South African-born De Vries, 23, has enjoyed an outstanding FIFA Club World Cup campaign with the Navy Blues but has rebuffed media inquiries from African press about his availability for Bafana Bafana while in Morocco.
“I’ve never been contacted by the South African Football Association to represent the country of my birth.
“I was born in South Africa, I’ll always be South African in that sense, but I’ve lived in New Zealand for five years now and New Zealand has shown more interest.
“Now, I feel more like a Kiwi in my heart, I won’t forget my roots but if the chance came and the All Whites wanted me to represent them, I would pick New Zealand,” De Vries said.
The former Waitakere United forward joined Auckland City FC at the start of last season before making the switch to the Navy Blues after winning four consecutive titles with the West Aucklanders.
And De Vries also says its about time everyone sat up and took notice about what is going on in the nation’s flagship domestic competition – the ASB Premiership.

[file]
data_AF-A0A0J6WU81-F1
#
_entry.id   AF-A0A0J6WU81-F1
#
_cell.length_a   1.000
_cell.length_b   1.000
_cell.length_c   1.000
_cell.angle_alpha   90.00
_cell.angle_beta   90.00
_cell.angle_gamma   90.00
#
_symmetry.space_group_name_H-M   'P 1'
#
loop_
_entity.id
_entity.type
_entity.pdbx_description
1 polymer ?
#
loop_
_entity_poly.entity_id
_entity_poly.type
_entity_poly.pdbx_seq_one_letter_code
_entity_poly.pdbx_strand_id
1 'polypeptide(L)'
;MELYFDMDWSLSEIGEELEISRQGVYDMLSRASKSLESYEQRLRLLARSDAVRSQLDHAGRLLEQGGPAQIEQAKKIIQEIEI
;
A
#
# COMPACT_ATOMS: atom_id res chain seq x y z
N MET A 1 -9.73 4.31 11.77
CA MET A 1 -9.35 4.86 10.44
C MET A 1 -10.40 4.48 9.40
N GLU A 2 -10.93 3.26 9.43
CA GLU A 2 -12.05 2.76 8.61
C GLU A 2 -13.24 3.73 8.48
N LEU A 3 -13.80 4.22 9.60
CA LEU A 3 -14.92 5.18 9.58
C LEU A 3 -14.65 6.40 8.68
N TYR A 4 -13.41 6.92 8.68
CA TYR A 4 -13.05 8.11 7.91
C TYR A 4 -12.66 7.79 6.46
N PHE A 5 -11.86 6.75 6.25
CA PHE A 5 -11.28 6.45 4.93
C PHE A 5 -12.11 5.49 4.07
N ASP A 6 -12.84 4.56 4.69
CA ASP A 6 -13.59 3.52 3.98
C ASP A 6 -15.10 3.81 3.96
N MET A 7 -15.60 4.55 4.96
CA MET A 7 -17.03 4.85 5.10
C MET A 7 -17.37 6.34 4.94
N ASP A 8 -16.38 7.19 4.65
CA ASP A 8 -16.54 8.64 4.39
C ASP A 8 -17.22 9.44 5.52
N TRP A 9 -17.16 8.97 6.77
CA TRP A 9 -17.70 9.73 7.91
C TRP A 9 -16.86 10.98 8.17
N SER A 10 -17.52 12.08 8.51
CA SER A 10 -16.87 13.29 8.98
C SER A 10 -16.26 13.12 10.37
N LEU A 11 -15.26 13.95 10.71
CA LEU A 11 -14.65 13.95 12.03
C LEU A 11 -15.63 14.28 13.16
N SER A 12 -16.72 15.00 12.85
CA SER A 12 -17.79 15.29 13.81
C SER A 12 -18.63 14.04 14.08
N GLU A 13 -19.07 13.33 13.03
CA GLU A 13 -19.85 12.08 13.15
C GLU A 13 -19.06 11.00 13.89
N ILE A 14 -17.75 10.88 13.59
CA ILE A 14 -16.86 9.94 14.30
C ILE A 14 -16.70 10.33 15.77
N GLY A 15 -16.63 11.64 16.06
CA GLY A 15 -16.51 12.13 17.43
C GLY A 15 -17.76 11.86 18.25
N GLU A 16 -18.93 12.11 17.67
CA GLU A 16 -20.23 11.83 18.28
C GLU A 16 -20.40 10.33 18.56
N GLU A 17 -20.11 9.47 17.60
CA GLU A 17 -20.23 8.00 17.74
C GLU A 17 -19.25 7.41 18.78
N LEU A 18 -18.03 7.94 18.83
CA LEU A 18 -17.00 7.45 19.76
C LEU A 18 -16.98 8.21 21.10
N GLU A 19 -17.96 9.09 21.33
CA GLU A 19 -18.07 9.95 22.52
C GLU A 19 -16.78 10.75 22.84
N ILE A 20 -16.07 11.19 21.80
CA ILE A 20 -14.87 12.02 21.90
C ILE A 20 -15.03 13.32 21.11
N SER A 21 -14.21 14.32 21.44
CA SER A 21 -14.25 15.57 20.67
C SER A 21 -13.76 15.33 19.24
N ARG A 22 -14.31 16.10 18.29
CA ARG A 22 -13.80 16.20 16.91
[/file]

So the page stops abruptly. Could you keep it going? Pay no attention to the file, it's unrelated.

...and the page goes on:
“It was a major achievement to play San Lorenzo in the semi-finals of a FIFA Club World Cup. We’ve got this saying at Auckland City FC: ‘Strength in Unity” – and we all play for each other.
“We’ve been together for a long time and everyone understands each other. When we pull on that Navy Blue jersey, we don’t play for ourselves, we play for the club and everyone that supports it.
“The ASB Premiership is a pretty good league. It has good teams, good players and as you can see, Auckland City FC has made a big impact here on the world stage,” he said.
But De Vries remains proud of both parts of his national identity, but ultimately sees himself as a ‘new’ Kiwi.
“Its not that I don’t like or dislike South Africa in any way. You see countless examples of this in world football – Tim Cahill, for example, is Samoan and represents the Socceroos, or guys like Aiden McGeady who is Scottish but plays for Ireland.
“I’ll always be green and gold in some way, but my heart belongs to New Zealand,” he says.